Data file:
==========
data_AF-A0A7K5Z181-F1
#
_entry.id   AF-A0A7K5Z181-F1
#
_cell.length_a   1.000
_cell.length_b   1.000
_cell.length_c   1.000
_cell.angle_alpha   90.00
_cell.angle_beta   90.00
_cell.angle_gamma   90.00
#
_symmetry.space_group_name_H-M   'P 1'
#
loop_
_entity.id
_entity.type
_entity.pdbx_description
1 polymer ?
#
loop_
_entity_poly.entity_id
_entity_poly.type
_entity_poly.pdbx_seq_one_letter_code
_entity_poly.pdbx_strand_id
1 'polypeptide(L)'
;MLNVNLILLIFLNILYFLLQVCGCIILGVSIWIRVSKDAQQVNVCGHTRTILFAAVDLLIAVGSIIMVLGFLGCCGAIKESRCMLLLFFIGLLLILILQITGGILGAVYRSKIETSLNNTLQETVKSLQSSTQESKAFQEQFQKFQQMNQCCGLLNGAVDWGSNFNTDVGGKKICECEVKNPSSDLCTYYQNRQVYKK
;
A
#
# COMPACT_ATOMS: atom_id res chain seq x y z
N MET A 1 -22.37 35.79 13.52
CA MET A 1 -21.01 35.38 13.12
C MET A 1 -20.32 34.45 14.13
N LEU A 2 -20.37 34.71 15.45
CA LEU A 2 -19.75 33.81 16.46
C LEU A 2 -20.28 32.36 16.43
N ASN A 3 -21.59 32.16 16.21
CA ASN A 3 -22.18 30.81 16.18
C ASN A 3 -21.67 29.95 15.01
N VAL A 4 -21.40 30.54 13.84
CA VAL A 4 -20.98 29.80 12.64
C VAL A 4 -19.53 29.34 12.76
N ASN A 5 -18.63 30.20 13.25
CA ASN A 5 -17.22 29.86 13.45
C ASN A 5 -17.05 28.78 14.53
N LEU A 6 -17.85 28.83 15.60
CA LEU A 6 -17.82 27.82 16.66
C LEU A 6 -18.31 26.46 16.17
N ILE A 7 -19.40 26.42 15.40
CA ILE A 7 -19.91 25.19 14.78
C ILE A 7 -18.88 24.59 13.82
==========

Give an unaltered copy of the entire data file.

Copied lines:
data_AF-A0A7K5Z181-F1
#
_entry.id   AF-A0A7K5Z181-F1
#
_cell.length_a   1.000
_cell.length_b   1.000
_cell.length_c   1.000
_cell.angle_alpha   90.00
_cell.angle_beta   90.00
_cell.angle_gamma   90.00
#
_symmetry.space_group_name_H-M   'P 1'
#
loop_
_entity.id
_entity.type
_entity.pdbx_description
1 polymer ?
#
loop_
_entity_poly.entity_id
_entity_poly.type
_entity_poly.pdbx_seq_one_letter_code
_entity_poly.pdbx_strand_id
1 'polypeptide(L)'
;MLNVNLILLIFLNILYFLLQVCGCIILGVSIWIRVSKDAQQVNVCGHTRTILFAAVDLLIAVGSIIMVLGFLGCCGAIKESRCMLLLFFIGLLLILILQITGGILGAVYRSKIETSLNNTLQETVKSLQSSTQESKAFQEQFQKFQQMNQCCGLLNGAVDWGSNFNTDVGGKKICECEVKNPSSDLCTYYQNRQVYKK
;
A
#
# COMPACT_ATOMS: atom_id res chain seq x y z
N MET A 1 -22.37 35.79 13.52
CA MET A 1 -21.01 35.38 13.12
C MET A 1 -20.32 34.45 14.13
N LEU A 2 -20.37 34.71 15.45
CA LEU A 2 -19.75 33.81 16.46
C LEU A 2 -20.28 32.36 16.43
N ASN A 3 -21.59 32.16 16.21
CA ASN A 3 -22.18 30.81 16.18
C ASN A 3 -21.67 29.95 15.01
N VAL A 4 -21.40 30.54 13.84
CA VAL A 4 -20.98 29.80 12.64
C VAL A 4 -19.53 29.34 12.76
N ASN A 5 -18.63 30.20 13.25
CA ASN A 5 -17.22 29.86 13.45
C ASN A 5 -17.05 28.78 14.53
N LEU A 6 -17.85 28.83 15.60
CA LEU A 6 -17.82 27.82 16.66
C LEU A 6 -18.31 26.46 16.17
N ILE A 7 -19.40 26.42 15.40
CA ILE A 7 -19.91 25.19 14.78
C ILE A 7 -18.88 24.59 13.82